Bridges have come a long way since ancient times, when people used logs or weaved vines to cross streams. In fact, they have become an art form.
The most common types of modern bridges include: beam, truss, arch, cantilever, cable-stay and suspension. A beam bridge, the simplest type of bridge, is made of long beams of wood, metal or concrete that are supported at each end by piers. In a truss bridge, the beams are arranged in a lattice pattern. Many railroad bridges are truss bridges.
Arch bridges feature roads built on top of arch curves. Arch bridges are made of steel, concrete or masonry. The Natchez Trace Bridge in Franklin, Tennessee, is an arch bridge.
Suspension bridges are usually longer than other types of bridges. The road is suspended in the air on long cables that extend from one end of the bridge to the other. The cables sit atop tall towers and are secured on both sides by anchorages. The Golden Gate Bridge in San Francisco is a suspension bridge.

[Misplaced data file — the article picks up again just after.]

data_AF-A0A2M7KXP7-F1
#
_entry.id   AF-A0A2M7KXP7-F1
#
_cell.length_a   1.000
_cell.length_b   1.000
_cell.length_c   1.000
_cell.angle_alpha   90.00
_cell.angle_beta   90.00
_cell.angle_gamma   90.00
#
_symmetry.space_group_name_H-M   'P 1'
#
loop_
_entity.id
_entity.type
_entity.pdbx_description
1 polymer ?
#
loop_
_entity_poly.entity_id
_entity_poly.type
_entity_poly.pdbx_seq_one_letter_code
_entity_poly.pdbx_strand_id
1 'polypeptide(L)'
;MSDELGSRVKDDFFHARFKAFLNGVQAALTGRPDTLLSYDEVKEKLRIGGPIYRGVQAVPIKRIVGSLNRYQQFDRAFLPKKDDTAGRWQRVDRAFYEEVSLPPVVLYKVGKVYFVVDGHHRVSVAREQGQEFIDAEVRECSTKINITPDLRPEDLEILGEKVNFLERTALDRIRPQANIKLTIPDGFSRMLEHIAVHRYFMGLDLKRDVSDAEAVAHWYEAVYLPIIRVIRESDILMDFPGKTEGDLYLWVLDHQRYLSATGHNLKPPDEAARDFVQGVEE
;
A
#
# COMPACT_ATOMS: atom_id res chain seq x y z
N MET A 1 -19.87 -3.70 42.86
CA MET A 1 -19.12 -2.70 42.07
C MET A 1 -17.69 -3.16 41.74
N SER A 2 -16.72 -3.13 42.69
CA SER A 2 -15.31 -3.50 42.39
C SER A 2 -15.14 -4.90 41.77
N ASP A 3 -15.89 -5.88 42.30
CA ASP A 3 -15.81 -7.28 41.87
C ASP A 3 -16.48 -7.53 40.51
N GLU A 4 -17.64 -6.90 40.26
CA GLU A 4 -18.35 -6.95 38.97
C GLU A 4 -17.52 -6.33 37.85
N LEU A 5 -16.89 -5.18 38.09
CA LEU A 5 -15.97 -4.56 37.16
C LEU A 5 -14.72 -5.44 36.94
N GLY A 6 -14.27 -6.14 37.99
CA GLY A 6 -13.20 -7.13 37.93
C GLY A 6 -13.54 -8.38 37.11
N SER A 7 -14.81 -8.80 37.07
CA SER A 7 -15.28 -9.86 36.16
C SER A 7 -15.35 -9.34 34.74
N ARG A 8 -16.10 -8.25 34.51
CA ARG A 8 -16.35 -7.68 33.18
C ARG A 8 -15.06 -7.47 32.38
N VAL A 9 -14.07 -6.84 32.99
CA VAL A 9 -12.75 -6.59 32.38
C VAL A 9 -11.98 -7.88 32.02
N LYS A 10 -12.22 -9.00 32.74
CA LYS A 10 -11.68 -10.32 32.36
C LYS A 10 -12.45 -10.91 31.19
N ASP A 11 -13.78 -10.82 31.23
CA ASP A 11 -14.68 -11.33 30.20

Cable-stayed bridges look a lot like suspension bridges, but the cables are attached directly to supporting towers and are secured to the roadway. The Leonard Zakim Bridge in Boston is an example of a cable-stayed bridge.